There is an estimated 70 Huawei’s Safe City projects spread across 52 countries. Most of them either drawing concerns over imported Chinese authoritarianism or marred with controversies. Xiao Qiang, Director and Research Scientist at the University of California, Berkeley believes the Safe City represents the global expansion of the Chinese system of digital authoritarianism. Which implies to control, monitor and coerce societies using this type of safe and smart city technology. Over the medium and long term, Huawei’s foothold will certainly reap significant financial rewards.
As in every other country, the Huawei Safe City Project in Mauritius was pushed by intermediaries from MT who lobbied intensely at the highest level of the government. Interestingly in all countries, NGOs’ , Independent media and opposition parties have questioned the relevance of the project given the dominant economic priorities. The standard reply to these critics has been the grossly exaggerated benefits attributed to the Safe City. The determining factor in many cases has been the financing by Chinese Agencies which is bundled along the smoggy Safe City Project.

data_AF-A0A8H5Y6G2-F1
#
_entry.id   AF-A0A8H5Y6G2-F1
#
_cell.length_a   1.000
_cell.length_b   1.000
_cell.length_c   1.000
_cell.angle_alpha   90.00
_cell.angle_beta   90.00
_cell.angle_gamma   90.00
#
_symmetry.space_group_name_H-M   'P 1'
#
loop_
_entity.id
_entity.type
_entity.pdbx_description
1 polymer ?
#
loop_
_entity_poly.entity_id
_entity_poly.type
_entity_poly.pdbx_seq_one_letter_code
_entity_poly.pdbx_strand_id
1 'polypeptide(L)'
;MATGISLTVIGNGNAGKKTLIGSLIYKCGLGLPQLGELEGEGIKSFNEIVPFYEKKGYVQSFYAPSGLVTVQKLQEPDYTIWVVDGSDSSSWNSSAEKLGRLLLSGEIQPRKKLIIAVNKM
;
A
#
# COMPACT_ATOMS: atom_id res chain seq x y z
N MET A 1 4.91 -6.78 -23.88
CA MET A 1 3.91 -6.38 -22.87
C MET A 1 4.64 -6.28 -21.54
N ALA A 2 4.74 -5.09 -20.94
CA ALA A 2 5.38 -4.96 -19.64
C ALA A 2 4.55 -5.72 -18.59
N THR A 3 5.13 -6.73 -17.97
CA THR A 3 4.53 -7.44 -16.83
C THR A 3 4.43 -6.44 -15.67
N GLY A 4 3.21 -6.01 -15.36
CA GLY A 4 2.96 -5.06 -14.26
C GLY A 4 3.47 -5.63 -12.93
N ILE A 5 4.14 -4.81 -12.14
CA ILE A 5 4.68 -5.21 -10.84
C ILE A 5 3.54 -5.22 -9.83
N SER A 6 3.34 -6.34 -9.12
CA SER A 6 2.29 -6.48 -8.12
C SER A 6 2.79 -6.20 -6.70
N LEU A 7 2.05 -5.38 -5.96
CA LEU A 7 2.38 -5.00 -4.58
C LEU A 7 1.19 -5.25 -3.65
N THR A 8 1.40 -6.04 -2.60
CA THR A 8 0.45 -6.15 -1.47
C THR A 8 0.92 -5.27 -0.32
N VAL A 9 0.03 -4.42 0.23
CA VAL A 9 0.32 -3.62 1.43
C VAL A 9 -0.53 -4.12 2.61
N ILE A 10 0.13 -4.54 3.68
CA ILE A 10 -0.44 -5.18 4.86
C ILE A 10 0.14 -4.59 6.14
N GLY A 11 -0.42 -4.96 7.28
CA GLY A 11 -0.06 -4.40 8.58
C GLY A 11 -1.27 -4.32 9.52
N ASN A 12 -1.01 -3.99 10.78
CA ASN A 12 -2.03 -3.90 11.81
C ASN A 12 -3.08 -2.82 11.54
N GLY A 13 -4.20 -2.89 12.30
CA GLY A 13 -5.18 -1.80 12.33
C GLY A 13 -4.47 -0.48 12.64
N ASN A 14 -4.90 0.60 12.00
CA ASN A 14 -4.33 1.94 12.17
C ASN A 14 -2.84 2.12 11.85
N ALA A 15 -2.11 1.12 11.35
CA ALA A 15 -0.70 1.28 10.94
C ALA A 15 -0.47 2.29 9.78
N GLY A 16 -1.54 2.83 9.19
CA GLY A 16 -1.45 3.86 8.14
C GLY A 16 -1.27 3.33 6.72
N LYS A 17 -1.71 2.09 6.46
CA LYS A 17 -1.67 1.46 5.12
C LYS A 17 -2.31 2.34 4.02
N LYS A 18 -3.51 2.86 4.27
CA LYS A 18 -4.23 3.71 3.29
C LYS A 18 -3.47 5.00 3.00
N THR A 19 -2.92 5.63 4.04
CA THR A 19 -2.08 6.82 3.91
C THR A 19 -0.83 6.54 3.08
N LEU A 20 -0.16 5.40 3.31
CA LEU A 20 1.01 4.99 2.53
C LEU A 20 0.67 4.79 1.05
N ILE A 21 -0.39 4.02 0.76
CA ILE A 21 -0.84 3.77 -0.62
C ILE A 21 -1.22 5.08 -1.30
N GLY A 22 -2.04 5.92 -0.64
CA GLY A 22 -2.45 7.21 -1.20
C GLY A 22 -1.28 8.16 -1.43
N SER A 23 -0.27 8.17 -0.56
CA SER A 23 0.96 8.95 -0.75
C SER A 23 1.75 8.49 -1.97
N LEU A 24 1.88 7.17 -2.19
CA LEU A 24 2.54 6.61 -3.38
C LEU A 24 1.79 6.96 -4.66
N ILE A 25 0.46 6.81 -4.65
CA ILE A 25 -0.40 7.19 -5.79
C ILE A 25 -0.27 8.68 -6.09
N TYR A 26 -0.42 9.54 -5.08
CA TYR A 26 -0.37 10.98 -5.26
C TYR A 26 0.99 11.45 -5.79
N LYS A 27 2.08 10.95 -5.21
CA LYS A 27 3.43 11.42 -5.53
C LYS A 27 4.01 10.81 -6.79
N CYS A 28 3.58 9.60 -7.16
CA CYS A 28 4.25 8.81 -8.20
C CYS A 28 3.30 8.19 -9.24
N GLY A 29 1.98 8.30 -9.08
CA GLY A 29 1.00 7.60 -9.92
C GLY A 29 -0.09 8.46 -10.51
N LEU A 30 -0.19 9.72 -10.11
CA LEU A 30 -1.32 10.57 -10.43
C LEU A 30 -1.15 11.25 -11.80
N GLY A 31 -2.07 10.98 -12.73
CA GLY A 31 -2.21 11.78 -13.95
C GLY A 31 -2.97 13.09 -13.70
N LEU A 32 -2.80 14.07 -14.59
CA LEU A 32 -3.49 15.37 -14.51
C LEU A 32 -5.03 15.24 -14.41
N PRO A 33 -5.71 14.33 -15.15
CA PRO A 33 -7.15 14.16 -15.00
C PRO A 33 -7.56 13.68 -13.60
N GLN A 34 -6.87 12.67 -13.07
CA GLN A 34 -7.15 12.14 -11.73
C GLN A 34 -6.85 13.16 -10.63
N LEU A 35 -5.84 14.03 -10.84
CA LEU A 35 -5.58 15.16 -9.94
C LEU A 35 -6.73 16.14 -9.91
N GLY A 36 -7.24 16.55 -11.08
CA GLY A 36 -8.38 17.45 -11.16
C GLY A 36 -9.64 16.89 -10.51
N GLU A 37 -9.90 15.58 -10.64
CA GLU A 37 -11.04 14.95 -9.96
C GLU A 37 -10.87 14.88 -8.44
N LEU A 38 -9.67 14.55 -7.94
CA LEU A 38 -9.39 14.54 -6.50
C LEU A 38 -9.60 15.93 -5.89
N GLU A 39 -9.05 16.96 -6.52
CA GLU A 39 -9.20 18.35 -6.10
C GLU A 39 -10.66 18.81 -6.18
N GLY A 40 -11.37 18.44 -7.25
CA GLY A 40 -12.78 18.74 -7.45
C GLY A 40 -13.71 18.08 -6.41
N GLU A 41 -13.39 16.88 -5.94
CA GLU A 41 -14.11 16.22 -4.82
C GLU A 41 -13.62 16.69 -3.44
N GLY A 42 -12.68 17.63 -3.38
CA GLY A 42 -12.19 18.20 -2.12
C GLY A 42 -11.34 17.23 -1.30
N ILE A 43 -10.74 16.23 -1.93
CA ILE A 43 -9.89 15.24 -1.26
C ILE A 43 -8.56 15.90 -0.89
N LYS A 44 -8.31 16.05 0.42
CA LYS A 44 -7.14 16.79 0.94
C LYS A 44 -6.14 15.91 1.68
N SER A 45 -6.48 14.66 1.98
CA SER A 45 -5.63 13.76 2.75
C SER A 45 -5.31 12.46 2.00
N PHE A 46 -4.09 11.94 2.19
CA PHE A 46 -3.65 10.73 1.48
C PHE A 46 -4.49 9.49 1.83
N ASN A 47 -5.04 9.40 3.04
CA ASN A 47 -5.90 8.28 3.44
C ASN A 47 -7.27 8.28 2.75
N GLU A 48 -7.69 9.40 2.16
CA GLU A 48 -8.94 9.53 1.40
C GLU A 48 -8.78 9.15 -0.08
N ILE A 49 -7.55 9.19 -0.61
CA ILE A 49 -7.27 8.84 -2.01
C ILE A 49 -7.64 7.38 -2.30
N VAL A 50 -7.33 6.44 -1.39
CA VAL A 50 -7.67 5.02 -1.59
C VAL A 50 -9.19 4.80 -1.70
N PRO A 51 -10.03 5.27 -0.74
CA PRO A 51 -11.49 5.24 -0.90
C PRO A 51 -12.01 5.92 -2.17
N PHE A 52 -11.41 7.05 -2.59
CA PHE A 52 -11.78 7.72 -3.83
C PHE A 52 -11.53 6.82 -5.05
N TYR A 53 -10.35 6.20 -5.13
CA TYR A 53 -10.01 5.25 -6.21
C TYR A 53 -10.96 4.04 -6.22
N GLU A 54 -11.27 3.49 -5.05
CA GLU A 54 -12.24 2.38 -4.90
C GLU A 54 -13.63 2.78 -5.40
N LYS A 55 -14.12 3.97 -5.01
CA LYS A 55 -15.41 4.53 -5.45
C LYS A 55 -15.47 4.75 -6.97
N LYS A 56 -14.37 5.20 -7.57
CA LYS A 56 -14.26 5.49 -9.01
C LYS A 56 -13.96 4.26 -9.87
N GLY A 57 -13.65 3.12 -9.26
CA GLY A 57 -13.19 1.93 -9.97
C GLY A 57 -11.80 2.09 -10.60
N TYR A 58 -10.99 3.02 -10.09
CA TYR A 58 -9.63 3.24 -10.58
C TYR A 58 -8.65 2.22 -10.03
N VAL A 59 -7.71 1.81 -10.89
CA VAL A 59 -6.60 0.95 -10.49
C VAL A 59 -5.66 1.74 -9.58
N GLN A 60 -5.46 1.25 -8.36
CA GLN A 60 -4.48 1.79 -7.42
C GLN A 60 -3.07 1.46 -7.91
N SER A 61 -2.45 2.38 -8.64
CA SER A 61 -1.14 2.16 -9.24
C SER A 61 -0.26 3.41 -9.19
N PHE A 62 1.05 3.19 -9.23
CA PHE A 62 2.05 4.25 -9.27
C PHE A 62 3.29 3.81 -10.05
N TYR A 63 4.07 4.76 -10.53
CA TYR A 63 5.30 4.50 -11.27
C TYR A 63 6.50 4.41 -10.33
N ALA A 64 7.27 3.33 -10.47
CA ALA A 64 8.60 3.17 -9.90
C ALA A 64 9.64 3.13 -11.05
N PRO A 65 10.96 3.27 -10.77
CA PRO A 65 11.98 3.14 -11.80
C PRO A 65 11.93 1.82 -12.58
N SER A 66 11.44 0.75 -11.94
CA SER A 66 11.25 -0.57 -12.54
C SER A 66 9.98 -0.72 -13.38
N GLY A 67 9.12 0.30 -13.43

In August 2012, following investigation, the Supreme Court of Pakistan declared Islamabad Safe City contract with Huawei, null and void. The three-member bench of Supreme Court comprising of Nasir-ul-Mulk, Asif Saeed Khosa and Azmat Saeed gave a landmark ruling which resounds as a tight slap to both government officials and Huawei. The queries raised by the learned judges of the Supreme Court of Pakistan do put to shame our institutions, media, NGOs and opposition parties who have together displayed obvious symptoms of impotency.
Drawing lessons from the Islamabad adventure, Huawei made serious amends to its approach and the securing of the Safe City Project in Mauritius shows how ingenious they can be. All agreements pertaining the Safe City Project were reached with Mauritius Telecom and not government institutions nor even the Mauritius Police Force (MPF). A mechanism which would enable to evade public scrutiny. As for MT good governance only summed up to a few lines in its annual report and swept any possible query under the carpet of secrecy. The financing by Exim Bank of China disbursed in instalments, amounts to USD 86,7 m, whereas MT chipped in USD 13,3 m mainly for the purchase of devices.